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2 Peter 1:16

Context

1:16 For we did not follow cleverly concocted fables when we made known to you the power and return 1  of our Lord Jesus Christ; 2  no, 3  we were 4  eyewitnesses of his 5  grandeur. 6 

2 Peter 3:4

Context
3:4 and saying, 7  “Where is his promised return? 8  For ever since 9  our ancestors 10  died, 11  all things have continued as they were 12  from the beginning of creation.”

1 tn Grk “coming.”

2 tn Grk “for we did not make known to you the power and coming of our Lord Jesus Christ by following cleverly concocted fables.”

3 tn Grk “but, instead.”

4 tn Grk “became.”

5 tn Grk “that one’s.” That is, “eyewitnesses of the grandeur of that one.” The remote demonstrative pronoun is used perhaps to indicate esteem for Jesus. Along these lines it is interesting to note that “the Pythagoreans called their master after his death simply ἐκεῖνος” as a term of reverence and endearment (BDAG 302 s.v. ἐκεῖνος a.γ).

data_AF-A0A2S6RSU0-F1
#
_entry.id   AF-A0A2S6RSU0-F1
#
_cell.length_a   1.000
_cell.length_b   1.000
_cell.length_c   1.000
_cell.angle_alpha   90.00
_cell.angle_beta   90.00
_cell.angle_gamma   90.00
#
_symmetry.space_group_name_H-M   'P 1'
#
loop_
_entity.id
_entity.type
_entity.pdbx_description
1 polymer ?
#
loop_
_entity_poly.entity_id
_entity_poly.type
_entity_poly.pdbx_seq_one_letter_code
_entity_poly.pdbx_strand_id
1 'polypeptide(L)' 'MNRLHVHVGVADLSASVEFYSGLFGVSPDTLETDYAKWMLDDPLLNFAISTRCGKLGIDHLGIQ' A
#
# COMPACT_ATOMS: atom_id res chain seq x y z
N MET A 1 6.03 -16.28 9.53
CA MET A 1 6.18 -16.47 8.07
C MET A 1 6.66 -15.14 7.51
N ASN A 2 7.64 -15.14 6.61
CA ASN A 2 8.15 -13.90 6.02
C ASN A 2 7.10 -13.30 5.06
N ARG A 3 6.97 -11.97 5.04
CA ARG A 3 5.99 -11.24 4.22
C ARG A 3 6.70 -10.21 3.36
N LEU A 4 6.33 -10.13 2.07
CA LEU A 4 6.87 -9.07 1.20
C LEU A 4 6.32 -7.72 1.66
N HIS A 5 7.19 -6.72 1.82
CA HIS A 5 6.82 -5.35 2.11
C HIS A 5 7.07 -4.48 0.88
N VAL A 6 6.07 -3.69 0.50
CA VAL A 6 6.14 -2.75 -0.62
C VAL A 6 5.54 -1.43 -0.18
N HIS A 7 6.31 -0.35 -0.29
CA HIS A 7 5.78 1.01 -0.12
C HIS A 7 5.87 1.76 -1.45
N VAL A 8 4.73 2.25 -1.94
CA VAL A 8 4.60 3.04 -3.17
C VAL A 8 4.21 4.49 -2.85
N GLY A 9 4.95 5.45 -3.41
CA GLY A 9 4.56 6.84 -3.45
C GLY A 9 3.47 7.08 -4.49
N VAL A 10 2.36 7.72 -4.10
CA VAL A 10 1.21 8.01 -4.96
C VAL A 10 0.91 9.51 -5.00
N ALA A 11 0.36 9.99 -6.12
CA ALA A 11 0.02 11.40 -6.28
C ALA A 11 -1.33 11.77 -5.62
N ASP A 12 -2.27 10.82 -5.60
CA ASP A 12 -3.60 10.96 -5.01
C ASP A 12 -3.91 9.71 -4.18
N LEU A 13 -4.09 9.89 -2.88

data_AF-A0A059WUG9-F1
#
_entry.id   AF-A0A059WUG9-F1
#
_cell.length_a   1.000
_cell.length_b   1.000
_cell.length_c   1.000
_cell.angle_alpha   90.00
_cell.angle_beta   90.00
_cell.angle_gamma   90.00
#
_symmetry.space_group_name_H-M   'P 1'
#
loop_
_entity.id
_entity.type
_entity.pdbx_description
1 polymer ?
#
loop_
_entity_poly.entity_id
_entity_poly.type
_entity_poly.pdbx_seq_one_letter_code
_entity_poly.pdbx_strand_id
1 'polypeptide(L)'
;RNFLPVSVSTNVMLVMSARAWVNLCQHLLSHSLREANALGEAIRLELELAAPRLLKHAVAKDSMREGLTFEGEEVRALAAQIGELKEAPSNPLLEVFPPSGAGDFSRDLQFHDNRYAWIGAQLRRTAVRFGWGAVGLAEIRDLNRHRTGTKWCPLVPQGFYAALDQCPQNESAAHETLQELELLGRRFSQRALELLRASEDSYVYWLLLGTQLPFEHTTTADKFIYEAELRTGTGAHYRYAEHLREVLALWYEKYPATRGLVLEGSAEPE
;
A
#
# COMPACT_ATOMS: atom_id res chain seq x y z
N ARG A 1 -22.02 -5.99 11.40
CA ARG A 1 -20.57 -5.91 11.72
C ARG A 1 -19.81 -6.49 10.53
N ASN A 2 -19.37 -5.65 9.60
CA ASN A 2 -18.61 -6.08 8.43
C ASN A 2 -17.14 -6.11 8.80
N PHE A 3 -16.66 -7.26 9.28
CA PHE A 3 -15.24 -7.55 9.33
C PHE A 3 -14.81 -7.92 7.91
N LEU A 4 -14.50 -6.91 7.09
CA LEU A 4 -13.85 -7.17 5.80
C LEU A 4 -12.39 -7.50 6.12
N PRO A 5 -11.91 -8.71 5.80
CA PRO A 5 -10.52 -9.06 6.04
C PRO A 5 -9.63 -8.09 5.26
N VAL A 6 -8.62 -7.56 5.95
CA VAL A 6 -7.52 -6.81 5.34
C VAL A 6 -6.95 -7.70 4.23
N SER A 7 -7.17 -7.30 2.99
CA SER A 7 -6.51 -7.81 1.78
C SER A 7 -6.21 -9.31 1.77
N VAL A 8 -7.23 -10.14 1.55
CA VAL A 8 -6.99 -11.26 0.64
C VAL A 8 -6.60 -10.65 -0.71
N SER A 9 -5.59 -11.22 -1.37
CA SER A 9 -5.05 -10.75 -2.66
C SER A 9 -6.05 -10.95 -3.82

6 sn The term grandeur was used most frequently of God’s majesty. In the 1st century, it was occasionally used of the divine majesty of the emperor. 2 Pet 1:1 and 1:11 already include hints of a polemic against emperor-worship (in that “God and Savior” and “Lord and Savior” were used of the emperor).

7 tn The present participle λέγοντες (legontes, “saying”) most likely indicates result. Thus, their denial of the Lord’s return is the result of their lifestyle. The connection to the false teachers of chapter 2 is thus made clear.

8 tn Grk “Where is the promise of his coming?” The genitive παρουσίας (parousia", “coming, advent, return”) is best taken as an attributed genitive (in which the head noun, promise, functions semantically as an adjective; see ExSyn 89-91).

9 tn The prepositional phrase with the relative pronoun, ἀφ᾿ ἧς (af|h"), is used adverbially or conjunctively without antecedent (see BDAG 727 s.v. ὅς 1.k.).

10 tn Grk “fathers.” The reference could be either to the OT patriarchs or first generation Christians. This latter meaning, however, is unattested in any other early Christian literature.

11 tn The verb κοιμάω (koimaw) literally means “sleep,” but it is often used in the Bible as a euphemism for the death of a believer.

12 tn Grk “thus,” “in the same manner.”



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